Touring around Manhattan and singing at Carnegie Hall earlier this month was a life-changing experience for the Spirit of Grace Singers of Weyburn.

Ranging in age from 15 to 18, Donald Alexander, Camden Husband, Brittany Barber, Natalie Butz, Calla Hrynewich, Emerson Jack, Tauren Jack, Brinlee Klapak, and Jyllian Payak, were directed by Kendra Gonczy and accompanied by Colleen Weimer.

In September, the singers were told about the plan to perform with a 100-member Saskatchewan Choir, under the direction of Jennifer Lang from the University of Saskatchewan.

They shared about their experience with Discover Weyburn.

"It was a pretty amazing surprise to find out we were going to New York and when we got there it was just super exciting," shared Emerson Jack. "The streets make you feel alive. There's so much going on all at once in New York. You're never really bored and singing at Carnegie Hall was a once-in-a-lifetime experience."

"I thought the city itself was incredible, like somewhere I've always wanted to go and it was nothing short of what I thought it would be," shared Tauren Jack. "The lights were awesome. Times Square was pretty cool. Like Emerson said, you just feel alive when you're in the city and it was something that I'd really wanted to do and it was an incredible experience."

"It was super fun, super awesome," said Brinley Klapak. "There was a big build-up to the trip and it didn't disappoint. It was worth all the work to get there, with the two musicals and in the fall when we first learned about New York, I went home and I was so excited. It was everything I dreamed of since September. It was awesome. There is no bad parts and it was just so fun." 

Natalie Butz said she didn't think she would ever go to New York, "so it was a complete surprise, there wasn't any hints or anything. They just like told us so that it was incredible. All the musicals, of course, were amazing, and being a music group going to New York. In New York, there's so much music everywhere. So there's always music playing, and there's always live music places, buskers everywhere, and the shows that we went to, the orchestras and the live bands were incredible. So it was really cool to come from a music group perspective to this place where you're surrounded by it." 

Jyllian Payak said, "it was probably like the best trip I've ever been on. It was kind of hard to believe we were going until we actually got there, and then I was like, 'whoa!' Like when we first started singing it, I was just blown away because all the voices in the beautiful room. There's no words. It was so cool."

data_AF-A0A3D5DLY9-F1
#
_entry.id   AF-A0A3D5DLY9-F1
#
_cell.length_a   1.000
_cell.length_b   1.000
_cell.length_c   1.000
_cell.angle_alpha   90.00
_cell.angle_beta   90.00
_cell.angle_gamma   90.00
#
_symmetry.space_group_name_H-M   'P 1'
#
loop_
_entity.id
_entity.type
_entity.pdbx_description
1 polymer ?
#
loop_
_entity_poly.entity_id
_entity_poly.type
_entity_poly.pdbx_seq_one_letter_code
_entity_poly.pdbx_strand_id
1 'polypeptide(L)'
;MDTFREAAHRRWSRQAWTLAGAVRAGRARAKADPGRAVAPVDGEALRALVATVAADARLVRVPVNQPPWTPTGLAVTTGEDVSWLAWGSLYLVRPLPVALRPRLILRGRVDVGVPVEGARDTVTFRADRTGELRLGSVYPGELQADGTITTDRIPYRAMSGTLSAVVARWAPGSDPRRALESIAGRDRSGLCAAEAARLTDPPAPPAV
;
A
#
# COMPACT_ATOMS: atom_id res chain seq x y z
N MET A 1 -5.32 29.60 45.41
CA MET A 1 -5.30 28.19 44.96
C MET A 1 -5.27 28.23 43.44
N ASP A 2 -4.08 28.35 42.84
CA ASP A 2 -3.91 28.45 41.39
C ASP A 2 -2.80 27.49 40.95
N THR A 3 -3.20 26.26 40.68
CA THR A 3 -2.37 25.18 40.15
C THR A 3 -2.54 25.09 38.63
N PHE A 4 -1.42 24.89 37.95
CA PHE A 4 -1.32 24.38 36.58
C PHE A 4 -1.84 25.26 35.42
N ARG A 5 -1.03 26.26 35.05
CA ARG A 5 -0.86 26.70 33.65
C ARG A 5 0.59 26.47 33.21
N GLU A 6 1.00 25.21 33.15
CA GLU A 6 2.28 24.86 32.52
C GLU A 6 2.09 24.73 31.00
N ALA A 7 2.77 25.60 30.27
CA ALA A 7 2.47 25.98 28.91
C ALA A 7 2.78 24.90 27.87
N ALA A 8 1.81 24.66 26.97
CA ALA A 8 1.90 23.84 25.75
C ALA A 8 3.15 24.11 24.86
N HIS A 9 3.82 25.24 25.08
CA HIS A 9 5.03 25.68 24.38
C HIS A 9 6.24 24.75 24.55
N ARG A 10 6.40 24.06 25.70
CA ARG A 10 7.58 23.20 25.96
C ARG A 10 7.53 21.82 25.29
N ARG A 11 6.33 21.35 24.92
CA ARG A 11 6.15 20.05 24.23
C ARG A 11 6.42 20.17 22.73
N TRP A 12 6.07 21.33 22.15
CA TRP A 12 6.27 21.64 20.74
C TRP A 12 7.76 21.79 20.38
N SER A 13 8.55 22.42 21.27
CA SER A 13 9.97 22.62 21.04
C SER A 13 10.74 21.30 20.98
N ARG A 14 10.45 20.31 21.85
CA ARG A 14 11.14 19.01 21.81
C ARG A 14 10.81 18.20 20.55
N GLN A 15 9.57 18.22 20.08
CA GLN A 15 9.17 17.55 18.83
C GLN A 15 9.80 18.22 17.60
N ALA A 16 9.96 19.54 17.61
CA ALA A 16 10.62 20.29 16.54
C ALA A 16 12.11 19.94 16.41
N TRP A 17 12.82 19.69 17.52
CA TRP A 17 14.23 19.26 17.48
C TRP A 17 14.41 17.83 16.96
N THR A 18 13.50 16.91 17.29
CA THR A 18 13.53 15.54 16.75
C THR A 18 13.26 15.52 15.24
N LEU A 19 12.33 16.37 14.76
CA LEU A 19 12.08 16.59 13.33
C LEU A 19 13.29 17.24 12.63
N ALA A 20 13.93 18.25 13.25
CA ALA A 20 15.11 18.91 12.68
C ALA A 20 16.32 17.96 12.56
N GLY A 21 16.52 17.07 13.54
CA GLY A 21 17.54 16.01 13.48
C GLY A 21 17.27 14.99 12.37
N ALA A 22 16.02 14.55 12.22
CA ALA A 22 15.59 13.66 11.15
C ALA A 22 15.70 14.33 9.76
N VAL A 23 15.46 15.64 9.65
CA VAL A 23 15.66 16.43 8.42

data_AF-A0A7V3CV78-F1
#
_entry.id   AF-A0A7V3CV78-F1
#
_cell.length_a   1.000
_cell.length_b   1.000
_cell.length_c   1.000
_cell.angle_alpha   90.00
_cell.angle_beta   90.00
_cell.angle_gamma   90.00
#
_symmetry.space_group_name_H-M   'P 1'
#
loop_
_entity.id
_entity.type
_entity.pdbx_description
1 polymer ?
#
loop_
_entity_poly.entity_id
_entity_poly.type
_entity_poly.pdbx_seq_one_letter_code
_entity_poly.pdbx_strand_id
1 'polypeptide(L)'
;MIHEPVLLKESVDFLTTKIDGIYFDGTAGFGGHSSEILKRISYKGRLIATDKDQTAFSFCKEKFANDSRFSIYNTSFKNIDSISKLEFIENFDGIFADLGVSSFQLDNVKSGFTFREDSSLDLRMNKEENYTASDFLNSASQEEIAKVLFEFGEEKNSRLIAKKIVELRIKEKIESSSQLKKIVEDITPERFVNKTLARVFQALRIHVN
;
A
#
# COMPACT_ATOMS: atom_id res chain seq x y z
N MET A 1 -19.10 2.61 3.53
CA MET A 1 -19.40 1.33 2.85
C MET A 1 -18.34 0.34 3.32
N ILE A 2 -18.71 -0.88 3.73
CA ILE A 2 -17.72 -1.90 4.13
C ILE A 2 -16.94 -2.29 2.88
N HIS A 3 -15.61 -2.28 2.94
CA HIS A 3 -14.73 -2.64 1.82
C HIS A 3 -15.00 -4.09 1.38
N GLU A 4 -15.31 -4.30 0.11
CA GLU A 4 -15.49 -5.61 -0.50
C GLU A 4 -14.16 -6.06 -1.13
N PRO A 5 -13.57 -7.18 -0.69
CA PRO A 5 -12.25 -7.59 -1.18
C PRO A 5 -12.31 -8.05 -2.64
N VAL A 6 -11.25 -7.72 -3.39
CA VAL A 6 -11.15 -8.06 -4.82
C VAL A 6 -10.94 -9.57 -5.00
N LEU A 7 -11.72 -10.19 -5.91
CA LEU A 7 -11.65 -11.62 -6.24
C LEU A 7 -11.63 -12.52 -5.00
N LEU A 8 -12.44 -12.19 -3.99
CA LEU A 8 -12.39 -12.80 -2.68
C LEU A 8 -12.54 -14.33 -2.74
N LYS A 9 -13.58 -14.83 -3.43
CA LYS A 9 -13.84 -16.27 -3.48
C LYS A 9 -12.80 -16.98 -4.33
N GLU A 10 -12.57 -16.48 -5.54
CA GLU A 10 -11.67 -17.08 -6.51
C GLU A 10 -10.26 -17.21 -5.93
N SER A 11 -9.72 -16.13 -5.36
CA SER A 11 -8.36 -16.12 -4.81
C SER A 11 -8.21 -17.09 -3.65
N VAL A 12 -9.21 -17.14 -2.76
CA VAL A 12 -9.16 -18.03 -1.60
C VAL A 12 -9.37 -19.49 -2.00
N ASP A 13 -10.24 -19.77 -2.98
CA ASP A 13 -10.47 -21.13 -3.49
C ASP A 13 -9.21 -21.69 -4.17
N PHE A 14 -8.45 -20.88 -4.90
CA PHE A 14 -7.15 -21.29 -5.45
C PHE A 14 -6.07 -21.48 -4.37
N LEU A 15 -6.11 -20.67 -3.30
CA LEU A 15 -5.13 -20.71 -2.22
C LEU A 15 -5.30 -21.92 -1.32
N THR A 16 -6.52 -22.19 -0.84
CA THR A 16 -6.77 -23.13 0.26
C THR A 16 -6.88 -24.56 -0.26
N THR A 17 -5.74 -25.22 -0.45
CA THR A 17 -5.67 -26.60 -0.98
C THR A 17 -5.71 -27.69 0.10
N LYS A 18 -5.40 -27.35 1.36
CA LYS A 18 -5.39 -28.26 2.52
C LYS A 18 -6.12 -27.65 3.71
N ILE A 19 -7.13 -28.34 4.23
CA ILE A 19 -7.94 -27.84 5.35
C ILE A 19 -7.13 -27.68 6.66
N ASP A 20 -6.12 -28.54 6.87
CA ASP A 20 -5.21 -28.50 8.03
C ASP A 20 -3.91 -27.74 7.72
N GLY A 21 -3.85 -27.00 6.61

"Honestly, trip of a lifetime just epitomizes it," shared Calla Hrynewich. "It's truly hard to put into words how incredible of an experience it was, especially being so young, and to be able to experience something so massive like that at such a young age. Like Natalie said, the music just surrounds you and being a music group and getting the opportunity to go sing at Carnegie Hall at the ages of 15 to 18, is something that I still can't wrap my head around. The fact that some of the most respected artists in the world have performed there and just to say, 'oh yeah, my choir group from when I was younger performed there'. It's such a crazy thing to be able to say, and it was truly just such an amazing bonding experience for all of us. We all got to know each other better and spending time in the city, like the twins said, it really does make you feel alive. And it was great to, not that I don't like Weyburn, but to kind of get away and just have a different surrounding for a bit was so amazing to experience." 

Donald Alexander said he also loved the trip. "I had a lot of fun just running around the city and talking to people and exploring. So it was fun, the city was fun. It is twenty-four seven, go, go, go. So I got to be a part of that." 

"It was like an experience of a lifetime," shared Brittany Barber. "Nothing can compare to what we experienced there. It was incredible."

Natalie Butz said their bonding throughout the trip began with the build-up for the trip. 

"Doing the two musicals beforehand probably brought us closer together than anything else, because of rehearsing together and being those characters, we get just really vulnerable, so we all get to learn more about each other and act together, which is really important in our group, and helps bring us together," she shared. "Then with the trip itself, all the flights that we've done and the chaos that we've gone through, I feel like definitely brought us together. Running through New York is crazy, so a lot of fun stuff that way. There's stuff that you don't know about people until you live with them. So by hanging out together for a whole week, you definitely learn something."